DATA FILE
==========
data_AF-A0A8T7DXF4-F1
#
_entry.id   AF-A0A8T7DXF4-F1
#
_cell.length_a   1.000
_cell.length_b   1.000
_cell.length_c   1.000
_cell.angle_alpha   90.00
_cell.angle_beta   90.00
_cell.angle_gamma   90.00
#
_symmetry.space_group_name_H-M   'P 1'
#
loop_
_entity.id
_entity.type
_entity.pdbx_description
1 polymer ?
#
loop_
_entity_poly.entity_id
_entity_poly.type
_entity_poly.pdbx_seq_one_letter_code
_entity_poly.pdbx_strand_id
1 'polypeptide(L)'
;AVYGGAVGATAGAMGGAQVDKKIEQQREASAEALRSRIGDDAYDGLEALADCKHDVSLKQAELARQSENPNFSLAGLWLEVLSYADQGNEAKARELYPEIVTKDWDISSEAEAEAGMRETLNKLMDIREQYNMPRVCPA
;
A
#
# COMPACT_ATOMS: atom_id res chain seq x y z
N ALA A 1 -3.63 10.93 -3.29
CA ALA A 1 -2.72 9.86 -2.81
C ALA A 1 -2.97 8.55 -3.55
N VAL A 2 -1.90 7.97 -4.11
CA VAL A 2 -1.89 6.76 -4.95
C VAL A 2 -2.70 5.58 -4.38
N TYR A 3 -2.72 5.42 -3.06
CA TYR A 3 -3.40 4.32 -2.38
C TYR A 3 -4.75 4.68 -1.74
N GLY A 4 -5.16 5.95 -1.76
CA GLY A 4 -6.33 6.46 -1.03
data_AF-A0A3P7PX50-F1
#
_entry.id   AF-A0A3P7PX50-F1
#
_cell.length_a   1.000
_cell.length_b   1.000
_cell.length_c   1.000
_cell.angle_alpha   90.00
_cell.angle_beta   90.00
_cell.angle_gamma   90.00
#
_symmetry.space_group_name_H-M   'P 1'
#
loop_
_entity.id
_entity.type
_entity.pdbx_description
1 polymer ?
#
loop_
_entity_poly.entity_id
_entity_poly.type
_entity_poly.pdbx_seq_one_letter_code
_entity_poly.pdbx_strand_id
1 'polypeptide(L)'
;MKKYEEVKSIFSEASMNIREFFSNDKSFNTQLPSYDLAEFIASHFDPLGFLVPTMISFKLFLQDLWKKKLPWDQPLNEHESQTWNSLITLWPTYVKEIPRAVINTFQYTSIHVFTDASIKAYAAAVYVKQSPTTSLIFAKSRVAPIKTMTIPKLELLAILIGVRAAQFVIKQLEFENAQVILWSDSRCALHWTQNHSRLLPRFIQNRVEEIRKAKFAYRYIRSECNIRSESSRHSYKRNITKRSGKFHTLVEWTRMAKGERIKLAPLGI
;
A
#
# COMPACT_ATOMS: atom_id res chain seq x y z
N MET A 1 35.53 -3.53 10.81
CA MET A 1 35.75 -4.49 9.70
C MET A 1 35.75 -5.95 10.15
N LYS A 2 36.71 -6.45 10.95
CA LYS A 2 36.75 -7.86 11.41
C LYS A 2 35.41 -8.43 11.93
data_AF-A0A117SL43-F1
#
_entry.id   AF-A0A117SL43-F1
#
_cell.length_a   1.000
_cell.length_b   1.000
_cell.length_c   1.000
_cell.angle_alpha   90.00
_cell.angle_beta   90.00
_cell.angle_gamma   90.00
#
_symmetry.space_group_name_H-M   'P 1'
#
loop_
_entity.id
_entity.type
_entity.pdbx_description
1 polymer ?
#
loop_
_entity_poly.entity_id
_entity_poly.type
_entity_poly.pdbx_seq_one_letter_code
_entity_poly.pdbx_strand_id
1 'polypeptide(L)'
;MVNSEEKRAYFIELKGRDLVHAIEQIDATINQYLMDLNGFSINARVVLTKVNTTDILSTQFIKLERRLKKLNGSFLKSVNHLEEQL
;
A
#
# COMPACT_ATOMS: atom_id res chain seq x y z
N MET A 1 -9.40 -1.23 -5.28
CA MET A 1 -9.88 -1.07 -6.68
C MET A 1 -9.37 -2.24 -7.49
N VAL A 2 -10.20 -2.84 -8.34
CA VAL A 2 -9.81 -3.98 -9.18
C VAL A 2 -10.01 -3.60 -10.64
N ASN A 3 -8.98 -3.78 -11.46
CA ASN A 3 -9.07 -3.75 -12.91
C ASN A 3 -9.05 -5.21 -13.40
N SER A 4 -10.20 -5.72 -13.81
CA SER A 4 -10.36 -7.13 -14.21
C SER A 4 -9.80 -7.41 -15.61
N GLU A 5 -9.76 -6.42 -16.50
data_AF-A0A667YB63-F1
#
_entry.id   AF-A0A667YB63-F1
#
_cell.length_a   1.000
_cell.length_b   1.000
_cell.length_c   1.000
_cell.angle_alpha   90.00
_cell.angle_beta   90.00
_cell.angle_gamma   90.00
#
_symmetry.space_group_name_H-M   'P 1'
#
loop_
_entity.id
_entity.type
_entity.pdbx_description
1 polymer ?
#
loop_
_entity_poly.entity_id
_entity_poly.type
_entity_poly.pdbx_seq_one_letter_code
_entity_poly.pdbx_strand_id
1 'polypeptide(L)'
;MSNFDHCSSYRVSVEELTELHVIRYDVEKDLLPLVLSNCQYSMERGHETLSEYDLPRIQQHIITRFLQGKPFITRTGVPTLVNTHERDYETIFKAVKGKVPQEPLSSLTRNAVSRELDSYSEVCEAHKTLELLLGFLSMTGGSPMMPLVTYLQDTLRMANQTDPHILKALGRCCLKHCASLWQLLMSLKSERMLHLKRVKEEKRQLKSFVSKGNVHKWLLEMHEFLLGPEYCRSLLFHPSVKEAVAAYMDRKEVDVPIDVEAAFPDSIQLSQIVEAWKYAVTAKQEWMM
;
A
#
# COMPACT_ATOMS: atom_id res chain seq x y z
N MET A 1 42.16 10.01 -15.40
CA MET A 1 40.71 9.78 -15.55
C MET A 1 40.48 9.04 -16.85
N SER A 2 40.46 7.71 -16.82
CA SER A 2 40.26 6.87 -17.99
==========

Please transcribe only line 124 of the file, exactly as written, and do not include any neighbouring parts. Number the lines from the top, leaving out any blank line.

#